If there ever was a great master of sampling, than it has to be Brown. But sampling is not accidental, it has very ideological context. Somehow it turns out that the song is divided into two almost equal parts by their length, the first one being conscious, and/or wake, and/or visual, the other the opposite, subconscious, dreamlike, and auditive. As if the listener crosses from the individual mind to a collective one, or as if he is thrown into something that reminds me of Lacanian Real, at least it is similarly threatening.

We hear voices: female and male. And the female one raises the question: „Are they recording us?“ which is probably the most important questions of our time, the era of invaded privacy. Then the guy starts explaining his time spent in the hospital. One can not hear precisely what they are talking about, everything is blurred, overloaded with other voices and sounds, with the musical theme everpresent. But still some of the words are very clear, and they are very important: „very scary“, „had no job“, and „I never did any drugs“, as if they are answering to a police officer who is questioning them. Or, another thing comes to mind, the I of the song is lying on a couch in front of the analyst and the words are just springing as free associations. No matter what is closer to the Browns imaginary intention, it is obvious that the remembrance from the first part of the song has its own dangers, and not everything is so naive and nostalgic.

The first part of the sampling ends with the repetition of the first line of the song, sung by Brown: „I was sitting all alone and...“ just to assure us that we are still in the same frame. Then the sampling continues with completely changed melody and rhythm and we are listening to an Italian aria, which slowly turns into another male voice in which the words are almost unrecognizable, except the word „masculine“, and then all simply fades away, and the song ends. It seems that the I of the song got tired, or fell asleep, or he had closed the window.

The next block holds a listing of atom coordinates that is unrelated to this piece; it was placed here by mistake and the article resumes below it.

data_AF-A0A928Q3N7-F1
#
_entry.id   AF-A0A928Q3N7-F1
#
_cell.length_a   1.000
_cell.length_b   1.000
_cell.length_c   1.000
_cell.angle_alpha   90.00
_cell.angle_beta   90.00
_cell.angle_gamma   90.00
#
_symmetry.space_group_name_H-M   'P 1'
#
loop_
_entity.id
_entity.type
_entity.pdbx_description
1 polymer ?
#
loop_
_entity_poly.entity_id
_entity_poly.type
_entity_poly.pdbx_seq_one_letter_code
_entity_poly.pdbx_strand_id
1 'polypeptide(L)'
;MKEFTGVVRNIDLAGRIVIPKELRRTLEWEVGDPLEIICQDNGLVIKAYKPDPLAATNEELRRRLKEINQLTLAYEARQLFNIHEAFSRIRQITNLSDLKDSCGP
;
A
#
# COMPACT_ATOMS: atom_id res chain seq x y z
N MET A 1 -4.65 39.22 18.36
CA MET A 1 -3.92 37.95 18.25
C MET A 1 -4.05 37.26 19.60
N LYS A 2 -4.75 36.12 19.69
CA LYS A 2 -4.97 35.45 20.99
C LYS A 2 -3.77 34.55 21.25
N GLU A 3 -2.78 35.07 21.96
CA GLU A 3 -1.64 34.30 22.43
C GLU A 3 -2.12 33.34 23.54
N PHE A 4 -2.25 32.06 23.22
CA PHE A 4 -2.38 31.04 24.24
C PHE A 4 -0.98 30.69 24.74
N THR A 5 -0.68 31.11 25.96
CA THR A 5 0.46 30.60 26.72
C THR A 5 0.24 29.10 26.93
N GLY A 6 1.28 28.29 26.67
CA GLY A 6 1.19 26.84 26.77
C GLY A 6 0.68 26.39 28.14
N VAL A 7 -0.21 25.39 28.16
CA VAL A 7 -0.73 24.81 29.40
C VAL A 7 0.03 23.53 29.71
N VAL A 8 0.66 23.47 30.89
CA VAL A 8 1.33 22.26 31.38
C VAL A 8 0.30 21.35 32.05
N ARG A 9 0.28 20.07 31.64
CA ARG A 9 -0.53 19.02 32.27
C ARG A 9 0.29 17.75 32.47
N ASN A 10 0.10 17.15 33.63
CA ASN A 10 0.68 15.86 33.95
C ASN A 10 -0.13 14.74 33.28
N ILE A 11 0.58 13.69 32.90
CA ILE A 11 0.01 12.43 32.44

Starting as a kind of innocent melting pot, juxtaposition that we are all experience in life, the song turns and twists, from the almost childhoodlike remembering of the places one lived in, to the exposing oneself to something far more dangerous, even threatening. It turns out that the song is about the vulnerability of the indivdiual amidst the collective, or the world, or the interaction. It continues the last lines of the song Decade in which Brown states „Now that the commies are gone, they’re after the artists and the gays“. And the question who are they really is the one we should be asking ourselves, while listening to these two great pieces of songwriting.

Vladimir Arsenić

graduated in comparative literature from the Tel Aviv University (master degree). He is a regular critic of the internet portal e-novine.com and booksa.hr. He published texts for the Think Tank, Beton, Quorum, pescanik.net, proletter.org. He was a mentor on the project Criticize this! with Srdjan Srdić, he teaches creative writing in Hila workshop. He is a regular contributor to literary festival Cum grano salis in Tuzla, BiH. His texts are translated into albanian and slovenian. He translates from English and Hebrew. With friends, he edits a literary magazine Ulaznica that is published in Zrenjanin. He supports Tottenham Hotspur FC.